At Wildway Bushcraft we enjoy the changing of seasons, especially autumn, as it offers an opportunity to forage some lovely nutritious and delicious foods. From nuts seeds and berries, there is a lot you can gather while the weather is still fine.
Foraging is about finding food from nature, but you should only pick what you need and make sure you leave a good amount for the nearby wildlife to enjoy. Here we share our top foods to gather at this time of year.
Rosehips were used as an alternative for citrus fruits during the Second World War and used to make a rosehip syrup and to add flavour to foods. Discard the seeds and just use the flesh of the fruit and make syrup or jelly with either wild dog rose varieties or the more common Japanese Rose. Full of Vitamin C, they are a good nutrition-packed snack. You can find these fruits in hedgerows, rough grass and scrubland. It grows up to 3m high with pink or white flowers and the fruit is orangey red and rectangle shaped. Be careful of the thorns when you pick them.
An easily recognisable plant, raspberries will be coming to the end of their season soon, but you should still be able to gather a few. It is a spiny fruit with toothed oval shaped leaves and a white underside.
Crab apple trees are deciduous and grow up to 10 metres tall. The round fruit is very tart and comes in a variety of colours and ripens from October. Crab apples are great for making jams and jellies accompanied by other fruits like blackberries, rowan berries and rose hips which also ripen around this time.
Tasting similar to a walnut, these tasty nuts grow with four, three-sided nuts to one brown prickly shell. The tree can grow up to 40m with bright green and oval shaped leaves. You are competing with the local squirrels for these so you will need to gather early.
You will need to look in woodland and hedgerows for a medium sized tree or shrub with distinctive rough bark and mid green coloured leaves. These berries are small, sweet and are a dark-red, purpley colour, packed with vitamins and antioxidants. They grow in clusters and have green, slightly toothed leaves and are perfect for sweet pies, jams and crumbles. Their rich deep flavour also makes them ideal for wine making.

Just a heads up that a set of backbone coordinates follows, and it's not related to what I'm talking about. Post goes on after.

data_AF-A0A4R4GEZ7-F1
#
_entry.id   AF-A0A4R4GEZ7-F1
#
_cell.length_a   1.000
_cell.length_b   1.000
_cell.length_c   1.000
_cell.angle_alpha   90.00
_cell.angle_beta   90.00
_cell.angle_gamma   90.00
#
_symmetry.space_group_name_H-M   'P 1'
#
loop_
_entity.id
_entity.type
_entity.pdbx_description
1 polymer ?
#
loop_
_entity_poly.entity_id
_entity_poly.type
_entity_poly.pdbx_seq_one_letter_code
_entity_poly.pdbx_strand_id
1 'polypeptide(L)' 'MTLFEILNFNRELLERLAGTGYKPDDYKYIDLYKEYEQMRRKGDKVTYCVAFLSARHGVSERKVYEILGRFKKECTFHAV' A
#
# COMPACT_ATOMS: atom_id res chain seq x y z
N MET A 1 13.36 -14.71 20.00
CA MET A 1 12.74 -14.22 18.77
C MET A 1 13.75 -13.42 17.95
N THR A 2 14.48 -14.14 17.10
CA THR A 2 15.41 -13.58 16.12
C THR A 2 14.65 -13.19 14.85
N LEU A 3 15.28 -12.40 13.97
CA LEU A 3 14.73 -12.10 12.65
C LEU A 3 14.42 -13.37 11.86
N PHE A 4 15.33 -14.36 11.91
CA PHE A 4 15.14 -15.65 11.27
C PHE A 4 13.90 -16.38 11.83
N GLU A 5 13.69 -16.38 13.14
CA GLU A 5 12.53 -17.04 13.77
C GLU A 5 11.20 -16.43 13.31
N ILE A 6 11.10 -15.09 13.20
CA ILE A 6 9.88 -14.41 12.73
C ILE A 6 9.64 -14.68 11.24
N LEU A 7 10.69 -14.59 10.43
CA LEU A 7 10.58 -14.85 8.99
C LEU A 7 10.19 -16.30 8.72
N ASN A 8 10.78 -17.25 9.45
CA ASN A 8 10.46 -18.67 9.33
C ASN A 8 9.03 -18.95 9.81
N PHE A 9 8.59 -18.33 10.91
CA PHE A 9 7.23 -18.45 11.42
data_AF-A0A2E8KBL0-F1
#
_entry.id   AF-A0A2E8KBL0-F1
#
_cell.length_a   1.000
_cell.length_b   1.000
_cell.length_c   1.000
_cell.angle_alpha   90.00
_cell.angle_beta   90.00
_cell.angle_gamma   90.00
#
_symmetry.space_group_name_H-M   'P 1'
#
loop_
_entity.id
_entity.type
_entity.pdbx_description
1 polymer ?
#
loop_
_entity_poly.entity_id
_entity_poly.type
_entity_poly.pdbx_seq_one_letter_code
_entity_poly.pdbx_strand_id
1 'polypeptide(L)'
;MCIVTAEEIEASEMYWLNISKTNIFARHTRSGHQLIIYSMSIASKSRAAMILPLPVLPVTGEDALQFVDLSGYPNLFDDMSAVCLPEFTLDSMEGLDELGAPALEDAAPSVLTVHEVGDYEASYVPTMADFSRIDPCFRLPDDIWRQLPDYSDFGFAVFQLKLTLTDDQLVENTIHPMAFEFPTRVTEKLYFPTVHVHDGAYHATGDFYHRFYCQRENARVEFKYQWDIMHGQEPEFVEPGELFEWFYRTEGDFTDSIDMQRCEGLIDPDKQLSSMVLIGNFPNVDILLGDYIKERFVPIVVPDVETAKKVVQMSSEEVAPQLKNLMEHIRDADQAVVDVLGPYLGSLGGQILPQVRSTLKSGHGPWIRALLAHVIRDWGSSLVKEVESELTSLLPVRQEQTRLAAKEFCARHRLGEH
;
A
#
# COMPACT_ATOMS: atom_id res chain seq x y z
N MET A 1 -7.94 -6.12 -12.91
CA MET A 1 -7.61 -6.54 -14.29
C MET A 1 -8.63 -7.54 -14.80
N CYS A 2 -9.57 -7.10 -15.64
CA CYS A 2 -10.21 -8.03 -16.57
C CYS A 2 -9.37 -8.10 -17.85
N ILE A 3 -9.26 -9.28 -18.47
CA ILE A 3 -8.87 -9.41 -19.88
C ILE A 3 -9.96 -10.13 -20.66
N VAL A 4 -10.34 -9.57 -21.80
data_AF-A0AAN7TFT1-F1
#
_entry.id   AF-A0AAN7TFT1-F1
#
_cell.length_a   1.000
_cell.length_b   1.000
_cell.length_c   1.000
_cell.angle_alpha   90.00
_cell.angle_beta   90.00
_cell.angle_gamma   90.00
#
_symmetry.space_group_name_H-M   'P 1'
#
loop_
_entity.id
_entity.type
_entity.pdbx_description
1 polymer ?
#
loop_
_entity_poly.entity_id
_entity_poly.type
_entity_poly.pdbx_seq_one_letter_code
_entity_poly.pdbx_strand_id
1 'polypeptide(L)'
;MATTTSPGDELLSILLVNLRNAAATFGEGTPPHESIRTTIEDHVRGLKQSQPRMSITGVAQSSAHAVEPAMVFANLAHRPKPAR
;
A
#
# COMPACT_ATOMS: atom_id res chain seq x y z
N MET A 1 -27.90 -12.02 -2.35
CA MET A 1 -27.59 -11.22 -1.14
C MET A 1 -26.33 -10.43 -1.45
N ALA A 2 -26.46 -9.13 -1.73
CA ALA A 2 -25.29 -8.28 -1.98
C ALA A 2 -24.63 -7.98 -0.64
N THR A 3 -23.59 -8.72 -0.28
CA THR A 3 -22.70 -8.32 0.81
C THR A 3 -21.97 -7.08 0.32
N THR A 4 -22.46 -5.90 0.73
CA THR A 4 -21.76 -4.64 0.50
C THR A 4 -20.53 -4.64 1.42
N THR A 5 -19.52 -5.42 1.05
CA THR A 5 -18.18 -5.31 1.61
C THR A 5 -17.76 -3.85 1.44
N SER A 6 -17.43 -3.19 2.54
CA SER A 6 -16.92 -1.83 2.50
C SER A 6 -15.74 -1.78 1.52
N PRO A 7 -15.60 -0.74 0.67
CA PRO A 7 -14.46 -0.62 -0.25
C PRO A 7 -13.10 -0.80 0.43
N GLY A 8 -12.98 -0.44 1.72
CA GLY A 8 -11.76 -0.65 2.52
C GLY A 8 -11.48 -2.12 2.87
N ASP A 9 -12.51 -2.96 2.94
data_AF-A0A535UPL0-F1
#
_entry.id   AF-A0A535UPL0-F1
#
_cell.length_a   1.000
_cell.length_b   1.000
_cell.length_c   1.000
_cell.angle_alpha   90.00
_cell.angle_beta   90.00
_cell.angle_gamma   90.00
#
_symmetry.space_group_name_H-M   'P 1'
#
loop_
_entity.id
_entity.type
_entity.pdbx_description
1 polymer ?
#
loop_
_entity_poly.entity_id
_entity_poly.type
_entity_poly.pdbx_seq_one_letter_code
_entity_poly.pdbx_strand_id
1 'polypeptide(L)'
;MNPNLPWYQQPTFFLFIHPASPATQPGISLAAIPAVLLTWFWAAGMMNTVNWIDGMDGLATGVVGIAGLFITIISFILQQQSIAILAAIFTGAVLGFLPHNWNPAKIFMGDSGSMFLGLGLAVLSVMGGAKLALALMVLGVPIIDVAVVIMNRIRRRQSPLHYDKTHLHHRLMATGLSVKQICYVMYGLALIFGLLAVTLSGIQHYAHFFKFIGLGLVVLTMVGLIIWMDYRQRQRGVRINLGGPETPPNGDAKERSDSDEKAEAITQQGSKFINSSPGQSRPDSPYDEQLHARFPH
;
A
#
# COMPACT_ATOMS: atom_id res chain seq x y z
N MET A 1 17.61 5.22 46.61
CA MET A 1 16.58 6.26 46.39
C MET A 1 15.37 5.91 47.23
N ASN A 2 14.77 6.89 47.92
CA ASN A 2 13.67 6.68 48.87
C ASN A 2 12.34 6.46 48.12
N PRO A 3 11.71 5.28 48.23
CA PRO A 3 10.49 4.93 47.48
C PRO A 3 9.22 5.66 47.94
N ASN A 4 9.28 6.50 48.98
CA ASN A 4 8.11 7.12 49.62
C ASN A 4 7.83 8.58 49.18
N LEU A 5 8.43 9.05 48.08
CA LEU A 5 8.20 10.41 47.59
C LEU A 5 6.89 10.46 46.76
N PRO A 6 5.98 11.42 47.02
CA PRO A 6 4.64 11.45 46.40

They might only be small and can be difficult to find, but these berries are definitely worth the effort. Full of delicious flavour, they are best eaten straight from the plant. They can be found low on the ground in open woodland and on grassy banks. The fruit’s shiny, toothed leaves are in clusters of threes.
These may prove difficult to find as you will be up against the squirrels again. The nuts are perfect for picking when the leaves are just starting to turn yellow. At first you may think that a bush is bare, but if you lift the branches you will often see that they’re hiding underneath as the nuts grow under the leaves. You can also give the branch a shake and then look underneath. Found in hedgerows, woods and scrubland, the leaves are round, downy and toothed while the nuts are enclosed in a green, leafy shell. There are a variety of species of hazel which produce nuts. You can eat them when the shells are still green, if they have a developed nut inside, these are delicious. Dry the nuts in a dry dark place and you can use them dry or roast them.
The seed heads are perfect for picking when they are a grey-brown colour and have small holes underneath the flat top. If you put the whole seed heads into a paper bag and shake, you can easily take out the heads leaving the seeds in the bag which can be used for sprinkling on rolls, bread and cakes or as a tasty snack to nibble on.
Most of us have probably picked blackberries at some time. The prickly shrub grows in hedges, waste places and woods and has prickly leaves that turn a reddish green in the autumn. The berries should be a deep purpley black when picked. Berries should be used the same day that they are gathered. Use them for jams, chutney, wine, or freeze the berries to use in the future.
This shrub can be found in scrubland, woodland and hedges and on heaths and downs. Its leaves are a glossy green and found on spiny branches. The round red, nutty tasting berries are called haws and grow in small bunches.
Has this inspired you? Find out more about foraging and other bushcraft techniques by signing up to one of Wildway Bushcraft’s courses and see what you can discover in the great outdoors.